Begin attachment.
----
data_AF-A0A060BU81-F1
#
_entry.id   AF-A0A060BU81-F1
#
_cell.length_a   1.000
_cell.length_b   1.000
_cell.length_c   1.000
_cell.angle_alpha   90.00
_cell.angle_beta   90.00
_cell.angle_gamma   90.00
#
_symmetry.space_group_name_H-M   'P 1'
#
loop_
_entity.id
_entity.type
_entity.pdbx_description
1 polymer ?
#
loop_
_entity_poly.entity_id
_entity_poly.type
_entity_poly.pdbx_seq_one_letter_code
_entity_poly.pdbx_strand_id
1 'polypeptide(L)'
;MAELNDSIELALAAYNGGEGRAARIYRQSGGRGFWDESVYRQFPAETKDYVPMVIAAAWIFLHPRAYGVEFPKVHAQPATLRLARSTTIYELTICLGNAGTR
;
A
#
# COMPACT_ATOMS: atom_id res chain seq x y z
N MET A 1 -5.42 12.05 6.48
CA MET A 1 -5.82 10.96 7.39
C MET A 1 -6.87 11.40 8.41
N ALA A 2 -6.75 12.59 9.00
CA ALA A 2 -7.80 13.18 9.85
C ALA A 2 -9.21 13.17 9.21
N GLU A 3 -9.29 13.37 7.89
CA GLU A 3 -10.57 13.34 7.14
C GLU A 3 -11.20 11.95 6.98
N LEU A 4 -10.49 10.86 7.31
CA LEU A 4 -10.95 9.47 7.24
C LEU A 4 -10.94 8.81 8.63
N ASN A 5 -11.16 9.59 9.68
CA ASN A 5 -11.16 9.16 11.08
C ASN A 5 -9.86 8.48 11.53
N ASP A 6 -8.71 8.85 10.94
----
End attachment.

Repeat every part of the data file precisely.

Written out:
data_AF-A0A060BU81-F1
#
_entry.id   AF-A0A060BU81-F1
#
_cell.length_a   1.000
_cell.length_b   1.000
_cell.length_c   1.000
_cell.angle_alpha   90.00
_cell.angle_beta   90.00
_cell.angle_gamma   90.00
#
_symmetry.space_group_name_H-M   'P 1'
#
loop_
_entity.id
_entity.type
_entity.pdbx_description
1 polymer ?
#
loop_
_entity_poly.entity_id
_entity_poly.type
_entity_poly.pdbx_seq_one_letter_code
_entity_poly.pdbx_strand_id
1 'polypeptide(L)'
;MAELNDSIELALAAYNGGEGRAARIYRQSGGRGFWDESVYRQFPAETKDYVPMVIAAAWIFLHPRAYGVEFPKVHAQPATLRLARSTTIYELTICLGNAGTR
;
A
#
# COMPACT_ATOMS: atom_id res chain seq x y z
N MET A 1 -5.42 12.05 6.48
CA MET A 1 -5.82 10.96 7.39
C MET A 1 -6.87 11.40 8.41
N ALA A 2 -6.75 12.59 9.00
CA ALA A 2 -7.80 13.18 9.85
C ALA A 2 -9.21 13.17 9.21
N GLU A 3 -9.29 13.37 7.89
CA GLU A 3 -10.57 13.34 7.14
C GLU A 3 -11.20 11.95 6.98
N LEU A 4 -10.49 10.86 7.31
CA LEU A 4 -10.95 9.47 7.24
C LEU A 4 -10.94 8.81 8.63
N ASN A 5 -11.16 9.59 9.68
CA ASN A 5 -11.16 9.16 11.08
C ASN A 5 -9.86 8.48 11.53
N ASP A 6 -8.71 8.85 10.94